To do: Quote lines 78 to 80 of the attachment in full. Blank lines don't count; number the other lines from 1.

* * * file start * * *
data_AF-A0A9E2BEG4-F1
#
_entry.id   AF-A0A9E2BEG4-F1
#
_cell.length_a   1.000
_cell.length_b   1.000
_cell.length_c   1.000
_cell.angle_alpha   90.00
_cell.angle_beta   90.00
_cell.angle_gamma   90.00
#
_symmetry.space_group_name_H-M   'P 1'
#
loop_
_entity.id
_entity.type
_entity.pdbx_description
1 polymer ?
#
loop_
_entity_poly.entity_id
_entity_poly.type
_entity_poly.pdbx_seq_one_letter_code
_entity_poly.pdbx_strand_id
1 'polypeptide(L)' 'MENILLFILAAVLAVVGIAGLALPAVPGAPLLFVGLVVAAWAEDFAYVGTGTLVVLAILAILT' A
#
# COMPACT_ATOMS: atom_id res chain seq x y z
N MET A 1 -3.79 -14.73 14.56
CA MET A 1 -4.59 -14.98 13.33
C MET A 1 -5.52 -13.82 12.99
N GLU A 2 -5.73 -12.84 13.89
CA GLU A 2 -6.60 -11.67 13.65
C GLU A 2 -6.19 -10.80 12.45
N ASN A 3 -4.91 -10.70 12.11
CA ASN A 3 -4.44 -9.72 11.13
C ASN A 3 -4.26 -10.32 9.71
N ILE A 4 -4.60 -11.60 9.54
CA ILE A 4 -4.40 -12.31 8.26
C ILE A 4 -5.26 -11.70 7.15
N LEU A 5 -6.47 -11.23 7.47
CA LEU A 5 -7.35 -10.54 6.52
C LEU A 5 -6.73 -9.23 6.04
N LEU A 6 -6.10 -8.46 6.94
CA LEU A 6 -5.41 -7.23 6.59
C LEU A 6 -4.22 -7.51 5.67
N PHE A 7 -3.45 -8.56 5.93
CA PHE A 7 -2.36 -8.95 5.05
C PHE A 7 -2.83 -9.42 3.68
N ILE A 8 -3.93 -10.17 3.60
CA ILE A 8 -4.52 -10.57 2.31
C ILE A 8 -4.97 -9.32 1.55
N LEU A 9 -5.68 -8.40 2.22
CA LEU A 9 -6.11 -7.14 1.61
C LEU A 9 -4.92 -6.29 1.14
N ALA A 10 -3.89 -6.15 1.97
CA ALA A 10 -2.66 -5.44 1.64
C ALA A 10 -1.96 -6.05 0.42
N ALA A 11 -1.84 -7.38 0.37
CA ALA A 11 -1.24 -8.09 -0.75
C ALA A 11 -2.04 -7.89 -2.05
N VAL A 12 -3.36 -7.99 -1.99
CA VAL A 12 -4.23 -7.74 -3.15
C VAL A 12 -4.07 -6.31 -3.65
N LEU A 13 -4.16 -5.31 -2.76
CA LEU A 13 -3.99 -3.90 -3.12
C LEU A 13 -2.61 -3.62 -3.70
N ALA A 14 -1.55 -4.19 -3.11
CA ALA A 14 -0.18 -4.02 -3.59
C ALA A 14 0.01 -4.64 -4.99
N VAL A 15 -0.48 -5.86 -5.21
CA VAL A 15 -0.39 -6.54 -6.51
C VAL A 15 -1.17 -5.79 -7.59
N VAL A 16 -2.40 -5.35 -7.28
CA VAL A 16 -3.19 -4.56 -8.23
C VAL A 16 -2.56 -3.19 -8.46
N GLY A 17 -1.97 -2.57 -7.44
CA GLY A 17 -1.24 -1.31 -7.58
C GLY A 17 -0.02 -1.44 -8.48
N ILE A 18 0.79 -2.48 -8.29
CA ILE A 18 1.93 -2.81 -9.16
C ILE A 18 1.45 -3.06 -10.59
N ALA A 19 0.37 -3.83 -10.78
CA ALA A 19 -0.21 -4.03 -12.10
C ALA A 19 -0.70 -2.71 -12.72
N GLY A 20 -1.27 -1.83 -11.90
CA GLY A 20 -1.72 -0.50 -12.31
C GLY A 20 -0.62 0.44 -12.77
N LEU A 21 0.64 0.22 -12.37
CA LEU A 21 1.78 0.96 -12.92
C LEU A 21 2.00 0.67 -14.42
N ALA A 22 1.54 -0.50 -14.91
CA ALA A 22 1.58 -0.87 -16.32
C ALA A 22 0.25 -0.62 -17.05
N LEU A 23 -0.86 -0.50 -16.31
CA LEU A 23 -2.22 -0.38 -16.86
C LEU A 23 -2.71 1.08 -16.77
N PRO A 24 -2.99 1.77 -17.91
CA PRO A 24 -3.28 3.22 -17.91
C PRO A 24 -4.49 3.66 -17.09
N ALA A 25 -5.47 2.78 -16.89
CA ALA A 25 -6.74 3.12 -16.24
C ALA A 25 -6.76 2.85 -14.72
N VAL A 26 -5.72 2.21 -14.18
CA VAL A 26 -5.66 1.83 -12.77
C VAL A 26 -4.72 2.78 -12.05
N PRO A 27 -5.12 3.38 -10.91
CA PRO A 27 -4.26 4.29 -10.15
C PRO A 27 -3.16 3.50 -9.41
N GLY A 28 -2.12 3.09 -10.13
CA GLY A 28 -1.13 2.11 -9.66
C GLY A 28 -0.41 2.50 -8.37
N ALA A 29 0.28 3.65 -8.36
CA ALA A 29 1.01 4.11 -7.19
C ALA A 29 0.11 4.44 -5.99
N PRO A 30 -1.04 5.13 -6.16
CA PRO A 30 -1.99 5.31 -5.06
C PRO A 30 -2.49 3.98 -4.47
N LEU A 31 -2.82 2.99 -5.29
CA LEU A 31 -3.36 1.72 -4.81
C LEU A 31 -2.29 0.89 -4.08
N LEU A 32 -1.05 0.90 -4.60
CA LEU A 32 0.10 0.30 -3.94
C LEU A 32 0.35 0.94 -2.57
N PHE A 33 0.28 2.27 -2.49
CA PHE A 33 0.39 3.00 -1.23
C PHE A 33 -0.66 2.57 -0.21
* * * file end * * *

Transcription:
C GLY A 17 -0.02 -1.44 -8.48
N ILE A 18 0.79 -2.48 -8.29
CA ILE A 18 1.93 -2.81 -9.16